- Biological Innovation for Open Society
The BiOS (Biological Open Source/ Biological Innovation for Open Society) is an initiative to foster innovation and freedom to operate in the biological sciences. It was started by Dr Richard Jefferson, the
CEOof Cambia, a non-profit institute in Canberra, Australiaas a parellel to the open source movement in the information technology world, in the patent field, particularly in agricultural biotechnology.
To do this, Richard and colleagues designed the BiOS materials transfer agreement (MTA) and BiOS license. Both of these documents ask those who join a BiOS "concordance" not to assert IP rights against each others' use of the technology to do research, or to develop products either for profit or for public good. Instead of royalties or other conditions that actually stifle innovation, under a BiOS-compliant agreement, in order to obtain the right to use the technology the user must agree to conditions that encourage cooperation and development of the technology.
These conditions are that licensees cannot appropriate the fundamental "kernel" of the technology and improvements exclusively for themselves. The base technology remains the property of whatever entity developed it, but improvements can be shared with others that support the development of a protected commons around the technology. All those who agree to the same terms of sharing obtain access to improvements, and other information.
To maintain legal access to the technology, in other words, you must agree not to prevent others who have agreed to the same terms from using the technology and any improvements in the development of different products.
Richard and his laboratory engineered two 'open source' biological technologies, TransBacter & GUSPlus, for which BiOS licenses are available. The first, TransBacter, was designed to work around the intense patenting associated with the making of transgenic plants. Fortunately, virtually all patents claiming methods for plant transgenics referred explicitly to the bacterium Agrobacterium tumefasciens. Therefore the use of a bacterium outside the genus Agrobacterium would not fall under the claims. Cambia published its work on TransBacter, using bacteria from the genera Rhizobium, Sinorhizobium and Mesorhizobium in 2005 in Nature. The TransBacter technology is thus unencumbered by Agrobacterium patents and is available to all non-profit researchers and institutes upon signing a BiOS materials transfer agreement. For-profit companies are asked to sign a BiOS license and make a contribution to Cambia which is calculated on the company’s financial means.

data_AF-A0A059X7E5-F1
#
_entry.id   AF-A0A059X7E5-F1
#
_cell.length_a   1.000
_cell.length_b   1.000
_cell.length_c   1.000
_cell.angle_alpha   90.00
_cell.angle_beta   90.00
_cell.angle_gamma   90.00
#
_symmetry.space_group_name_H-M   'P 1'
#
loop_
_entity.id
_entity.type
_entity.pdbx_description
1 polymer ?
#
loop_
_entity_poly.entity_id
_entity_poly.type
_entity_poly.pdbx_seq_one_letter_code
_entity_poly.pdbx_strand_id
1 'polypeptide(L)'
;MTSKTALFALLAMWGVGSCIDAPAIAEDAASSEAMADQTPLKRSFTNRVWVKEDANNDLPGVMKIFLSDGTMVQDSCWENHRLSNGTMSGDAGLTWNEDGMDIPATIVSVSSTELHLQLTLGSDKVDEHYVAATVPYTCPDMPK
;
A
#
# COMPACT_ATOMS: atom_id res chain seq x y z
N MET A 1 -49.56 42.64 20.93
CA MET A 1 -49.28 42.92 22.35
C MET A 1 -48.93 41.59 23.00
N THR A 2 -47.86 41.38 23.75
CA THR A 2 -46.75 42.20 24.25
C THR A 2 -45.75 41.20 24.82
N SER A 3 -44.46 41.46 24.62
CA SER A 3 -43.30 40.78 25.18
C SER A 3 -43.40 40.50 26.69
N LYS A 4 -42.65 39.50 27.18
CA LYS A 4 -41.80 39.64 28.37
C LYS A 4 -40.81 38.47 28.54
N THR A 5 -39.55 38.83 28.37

* [http://www.bios.net/daisy/bios/home.html BIOS.NET]
* [http://www.bios.net/daisy/bios/licenses/2997.html BiOS Licences]
* [http://www.creativecommons.org/ Creative Commons]
* [http://www.bios.net/daisy/bios/462.html Transbacter Nature Paper]
* [http://www.opensource.org/ Open Source Initiative]
* [http://www.oreilly.com/catalog/opensources/book/intro.html (book) Open Sources: Voices from the Open Source Revolution]
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